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SAARC Region Needs to Prepare for the Second Wave of COVID-19

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Covid-19 pandemic continues to be the most serious threat to public health globally. Worldwide case numbers crossed over thirty million and over nine hundred thousand lives lost. To Trump’s dismay in an election year Covid-19 patients in the US are now over six million cases. In India despite of the world’s strictest lockdown imposed by Modi government there are over five million of Covid-19 patients making it world’s second & South Asia’s worst-affected country. Pakistan has a case load of around three hundred thousand patients.

Alongside Japan, Spain, New Zealand, World Health Organization (WHO) has commended Pakistan’s efforts and urged other countries to learn from Pakistan’s experience of managing pandemic with much better outcomes.

All SAARC countries have similar demographic profile, multi-generational households, high density urban centres, greater proportion of youth population and a woefully inadequate public health system. Looking at the current situation it will be very beneficial for the member countries if the Secretary General SAARC H.E Mr. Esala Ruwan Weerakoon calls for an urgent meeting of the health ministers. The agenda to be focused on sharing the best practices on managing this pandemic and SAARC countries can learn from Pakistan’s policies and practical measures it adopted.

WHO’s chief Tedros Adhanom Ghebreyesus recently said the pandemic could be over in under two years but warned that “no country can just pretend the pandemic is over”. This is a message for countries whose leadership is still grappling with the pandemic with no clear strategy in place. For SAARC group this means that all efforts should be adopted to limit the regional spread of the virus. On the other hand, the vast population which is infected by the virus cannot be adequately looked after as South Asian countries have a very weak health system. It is not adequately equipped to provide the critical care coverage to most of the population. The middle and lower earners who do not have financial means to pay for Covid-19 treatment packages being sold by many of the private hospitals.

Discovery of new treatments and vaccines could provide the relief from this pandemic. However, such discoveries will not give immediate benefits to less developed countries. Experiences from the previous pandemic are sobering. During the 2009 H1N1, or swine flu outbreak rich countries bought up virtually all available supplies of vaccine, leaving poorer nations struggling to procure supplies. With Covid-19, the stakes are far higher. It has spread across the globe recognizing no flags and no frontiers. Rich countries again behaved in the same manner and literally muscled out poor countries from procuring diagnostic tests, protective equipment, and lifesaving critical equipment. So, what this means is that SAARC nations should increase the lifesaving capabilities of their health systems.  As in reality we all may be at the back of an exceptionally long queue to procure reliable treatment or if a vaccine for Covid-19 becomes available.

As Pakistan continues to lead the way among SAARC countries in controlling the spread of the virus, overall smart lock down strategy alongside targeted testing has proven useful up till now. However, for many SAARC nations where infection cases are much more prevalent challenge remains to save lives and the livelihoods of millions of unskilled and daily wage workers. Across South Asia as educational institutions will be welcoming students back to the classrooms, it is critical to ensure that public health systems are suitably equipped to deal with the possibility of second wave of the Covid-19 pandemic. It is not just a theoretical risk but a clear and present danger to general population. Dr Kamran Pasha Physician in acute and internal medicine who divides his time working in the UK & Pakistan says that “availability of life saving equipment improves life chances of patients who are suffering complicated health issues due to Covid-19. So wider access to ventilators and other ICU equipment and drugs in government & private hospitals will hugely help in reducing death rates among the Covid-19 patients”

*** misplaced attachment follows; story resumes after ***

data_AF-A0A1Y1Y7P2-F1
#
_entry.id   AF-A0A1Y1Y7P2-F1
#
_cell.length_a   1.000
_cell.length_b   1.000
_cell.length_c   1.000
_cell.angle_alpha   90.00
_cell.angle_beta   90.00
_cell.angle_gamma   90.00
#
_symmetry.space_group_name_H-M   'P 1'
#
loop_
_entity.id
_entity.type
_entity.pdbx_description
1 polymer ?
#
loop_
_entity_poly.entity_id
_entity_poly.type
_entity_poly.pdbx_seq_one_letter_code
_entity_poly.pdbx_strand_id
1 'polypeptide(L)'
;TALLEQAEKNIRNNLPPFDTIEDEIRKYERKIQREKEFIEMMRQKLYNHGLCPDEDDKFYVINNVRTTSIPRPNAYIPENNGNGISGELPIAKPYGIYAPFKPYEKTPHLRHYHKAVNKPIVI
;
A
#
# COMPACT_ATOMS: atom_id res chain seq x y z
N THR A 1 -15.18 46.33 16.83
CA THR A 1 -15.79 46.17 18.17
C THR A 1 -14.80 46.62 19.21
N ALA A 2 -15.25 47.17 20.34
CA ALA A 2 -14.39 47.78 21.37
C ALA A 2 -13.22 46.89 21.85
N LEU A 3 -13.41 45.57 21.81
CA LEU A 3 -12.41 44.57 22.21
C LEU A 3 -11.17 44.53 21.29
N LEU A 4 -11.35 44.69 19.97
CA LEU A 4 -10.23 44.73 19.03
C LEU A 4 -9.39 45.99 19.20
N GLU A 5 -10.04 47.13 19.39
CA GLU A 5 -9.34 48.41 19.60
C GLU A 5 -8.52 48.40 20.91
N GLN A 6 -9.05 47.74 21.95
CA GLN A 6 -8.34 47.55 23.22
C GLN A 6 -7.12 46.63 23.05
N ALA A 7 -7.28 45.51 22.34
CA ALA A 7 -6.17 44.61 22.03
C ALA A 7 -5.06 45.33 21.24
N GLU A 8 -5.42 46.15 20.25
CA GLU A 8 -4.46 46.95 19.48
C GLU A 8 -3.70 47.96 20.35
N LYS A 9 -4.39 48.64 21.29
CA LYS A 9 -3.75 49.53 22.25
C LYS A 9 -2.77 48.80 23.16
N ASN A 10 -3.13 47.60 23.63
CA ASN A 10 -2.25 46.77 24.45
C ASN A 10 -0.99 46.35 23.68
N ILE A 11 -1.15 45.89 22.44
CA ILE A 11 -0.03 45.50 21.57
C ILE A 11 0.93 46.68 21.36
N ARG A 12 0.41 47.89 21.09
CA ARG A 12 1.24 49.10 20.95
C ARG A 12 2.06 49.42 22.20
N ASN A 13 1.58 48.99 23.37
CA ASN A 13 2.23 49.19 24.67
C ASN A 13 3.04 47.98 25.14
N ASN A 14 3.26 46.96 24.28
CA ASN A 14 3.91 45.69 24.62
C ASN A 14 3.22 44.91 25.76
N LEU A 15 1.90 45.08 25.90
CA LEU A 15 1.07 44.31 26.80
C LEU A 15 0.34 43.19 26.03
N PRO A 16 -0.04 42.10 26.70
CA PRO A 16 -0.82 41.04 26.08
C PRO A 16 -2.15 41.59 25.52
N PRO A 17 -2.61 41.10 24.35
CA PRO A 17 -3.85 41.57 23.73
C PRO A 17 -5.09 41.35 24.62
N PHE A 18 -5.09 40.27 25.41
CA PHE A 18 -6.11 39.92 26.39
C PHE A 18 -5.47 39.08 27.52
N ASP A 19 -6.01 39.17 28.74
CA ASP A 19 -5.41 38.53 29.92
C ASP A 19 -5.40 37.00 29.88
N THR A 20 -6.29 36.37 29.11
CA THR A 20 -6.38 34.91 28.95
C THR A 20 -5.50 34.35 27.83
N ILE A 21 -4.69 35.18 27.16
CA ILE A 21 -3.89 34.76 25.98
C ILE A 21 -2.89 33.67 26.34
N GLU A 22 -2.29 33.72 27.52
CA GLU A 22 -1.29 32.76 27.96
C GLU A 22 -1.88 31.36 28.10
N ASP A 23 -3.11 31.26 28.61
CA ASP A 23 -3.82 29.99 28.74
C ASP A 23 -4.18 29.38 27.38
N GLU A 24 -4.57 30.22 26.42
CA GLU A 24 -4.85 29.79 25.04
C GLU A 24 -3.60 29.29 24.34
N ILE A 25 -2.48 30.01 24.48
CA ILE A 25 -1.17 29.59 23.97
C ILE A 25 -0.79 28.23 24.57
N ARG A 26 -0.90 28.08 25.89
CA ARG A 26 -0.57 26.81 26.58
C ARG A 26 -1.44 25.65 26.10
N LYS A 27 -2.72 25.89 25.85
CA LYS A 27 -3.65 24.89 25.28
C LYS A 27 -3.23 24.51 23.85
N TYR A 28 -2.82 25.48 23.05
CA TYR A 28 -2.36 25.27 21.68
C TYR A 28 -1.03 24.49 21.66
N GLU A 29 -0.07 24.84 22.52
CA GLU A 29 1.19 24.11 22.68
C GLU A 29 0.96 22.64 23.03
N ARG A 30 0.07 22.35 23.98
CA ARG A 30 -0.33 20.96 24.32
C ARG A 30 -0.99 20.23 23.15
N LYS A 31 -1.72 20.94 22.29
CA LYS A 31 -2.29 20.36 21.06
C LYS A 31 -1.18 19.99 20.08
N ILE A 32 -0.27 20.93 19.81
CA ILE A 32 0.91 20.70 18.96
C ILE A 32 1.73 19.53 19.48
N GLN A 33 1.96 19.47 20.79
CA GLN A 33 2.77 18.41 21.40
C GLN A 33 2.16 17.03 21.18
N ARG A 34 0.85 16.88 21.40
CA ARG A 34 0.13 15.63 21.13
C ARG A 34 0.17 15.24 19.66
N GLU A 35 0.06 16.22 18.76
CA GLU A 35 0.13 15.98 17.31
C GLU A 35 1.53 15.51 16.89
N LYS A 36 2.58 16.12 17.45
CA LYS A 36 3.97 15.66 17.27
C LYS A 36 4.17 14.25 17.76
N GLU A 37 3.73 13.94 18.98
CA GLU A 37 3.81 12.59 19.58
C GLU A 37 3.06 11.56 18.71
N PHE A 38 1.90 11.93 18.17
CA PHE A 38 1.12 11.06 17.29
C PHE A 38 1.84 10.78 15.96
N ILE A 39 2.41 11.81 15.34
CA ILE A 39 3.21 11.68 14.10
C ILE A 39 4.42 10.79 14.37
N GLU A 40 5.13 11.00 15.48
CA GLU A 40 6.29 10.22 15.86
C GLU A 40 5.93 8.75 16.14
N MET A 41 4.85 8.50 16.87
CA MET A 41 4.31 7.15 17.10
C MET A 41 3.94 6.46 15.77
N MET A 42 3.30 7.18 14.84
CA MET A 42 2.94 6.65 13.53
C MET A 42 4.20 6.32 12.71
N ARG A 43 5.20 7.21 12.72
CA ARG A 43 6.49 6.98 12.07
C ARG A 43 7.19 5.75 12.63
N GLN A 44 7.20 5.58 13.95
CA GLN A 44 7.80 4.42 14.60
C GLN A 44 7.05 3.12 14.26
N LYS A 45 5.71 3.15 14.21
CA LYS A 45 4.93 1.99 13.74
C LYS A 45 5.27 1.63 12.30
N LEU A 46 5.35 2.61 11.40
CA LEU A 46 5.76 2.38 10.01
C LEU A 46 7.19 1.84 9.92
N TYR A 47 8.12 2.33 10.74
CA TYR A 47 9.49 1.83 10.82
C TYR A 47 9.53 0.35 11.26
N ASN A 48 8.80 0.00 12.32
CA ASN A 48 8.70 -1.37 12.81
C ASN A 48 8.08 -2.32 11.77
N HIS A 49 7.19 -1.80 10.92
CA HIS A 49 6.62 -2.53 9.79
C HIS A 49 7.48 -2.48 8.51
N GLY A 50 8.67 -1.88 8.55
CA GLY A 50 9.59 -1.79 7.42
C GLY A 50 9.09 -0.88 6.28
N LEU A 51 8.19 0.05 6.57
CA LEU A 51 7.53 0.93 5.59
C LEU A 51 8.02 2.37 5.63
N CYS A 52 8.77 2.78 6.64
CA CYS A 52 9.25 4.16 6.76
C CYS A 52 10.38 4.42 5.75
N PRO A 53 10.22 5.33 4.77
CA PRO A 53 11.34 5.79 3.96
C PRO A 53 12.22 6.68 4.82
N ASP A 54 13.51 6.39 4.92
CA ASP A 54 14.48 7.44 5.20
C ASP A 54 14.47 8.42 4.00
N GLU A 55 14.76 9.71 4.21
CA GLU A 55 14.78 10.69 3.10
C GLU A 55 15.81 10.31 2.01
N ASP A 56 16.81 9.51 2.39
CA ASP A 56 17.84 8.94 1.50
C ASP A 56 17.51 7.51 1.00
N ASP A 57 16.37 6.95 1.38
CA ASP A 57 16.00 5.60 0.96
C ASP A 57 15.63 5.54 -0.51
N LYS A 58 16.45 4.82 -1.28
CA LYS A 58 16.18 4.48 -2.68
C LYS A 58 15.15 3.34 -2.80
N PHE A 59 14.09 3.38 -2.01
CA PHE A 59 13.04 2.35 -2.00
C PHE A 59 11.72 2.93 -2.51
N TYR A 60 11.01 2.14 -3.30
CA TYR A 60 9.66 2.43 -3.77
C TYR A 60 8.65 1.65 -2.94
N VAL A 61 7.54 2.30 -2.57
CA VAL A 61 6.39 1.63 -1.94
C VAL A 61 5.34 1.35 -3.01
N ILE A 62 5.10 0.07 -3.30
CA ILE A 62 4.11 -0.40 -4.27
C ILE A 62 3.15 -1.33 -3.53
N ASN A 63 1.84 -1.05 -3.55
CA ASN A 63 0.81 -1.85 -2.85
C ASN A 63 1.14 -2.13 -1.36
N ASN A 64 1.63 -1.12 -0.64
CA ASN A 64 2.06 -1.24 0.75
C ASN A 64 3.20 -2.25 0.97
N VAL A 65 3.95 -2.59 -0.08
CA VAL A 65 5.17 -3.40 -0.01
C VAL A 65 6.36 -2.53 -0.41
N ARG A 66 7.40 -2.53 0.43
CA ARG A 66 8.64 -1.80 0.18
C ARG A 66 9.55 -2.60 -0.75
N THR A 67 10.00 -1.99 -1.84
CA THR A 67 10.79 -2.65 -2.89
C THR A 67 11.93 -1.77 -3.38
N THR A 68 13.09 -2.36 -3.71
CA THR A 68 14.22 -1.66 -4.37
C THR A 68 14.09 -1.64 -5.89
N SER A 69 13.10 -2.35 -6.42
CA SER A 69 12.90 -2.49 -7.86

Despite the recent push to acquire lifesaving critical care equipment by the regional governments we have a woefully small number of ventilators available. For SAARC countries to adopt smart lock down policies all the government need to work jointly where their heath, finance and the heads of state - all work closely to make sure that they are able to equip the hospitals with the necessary equipment. Most important step Pakistan and other SAARC governments should take is to continue with the tax exemptions for at least a year on import of critical care equipment. Exempted items should include ventilators, BIPABS, oxygen kits, PPE, and associated items. SAARC governments will suffer a marginal drop in tax revenues however lives they will be able to save are far more valuable both in terms of economics as well as social benefits.

Covid-19 requires a joined up regional approach by South Asian neighbours. A high-level SAARC meeting is essential at this point of time. “The ICU is always full,” Dr Prabhat Kumar Singh, director of the All India Institute of Medical Sciences in Bihar’s state capital Patna, told the media. “Our biggest challenge is expanding our critical care capacity.” Countries like India at this stage should rise above narrow foreign policies agenda and work together with Pakistan and other SAARC members to save millions of poor citizens across the region who are affected by this deadly virus.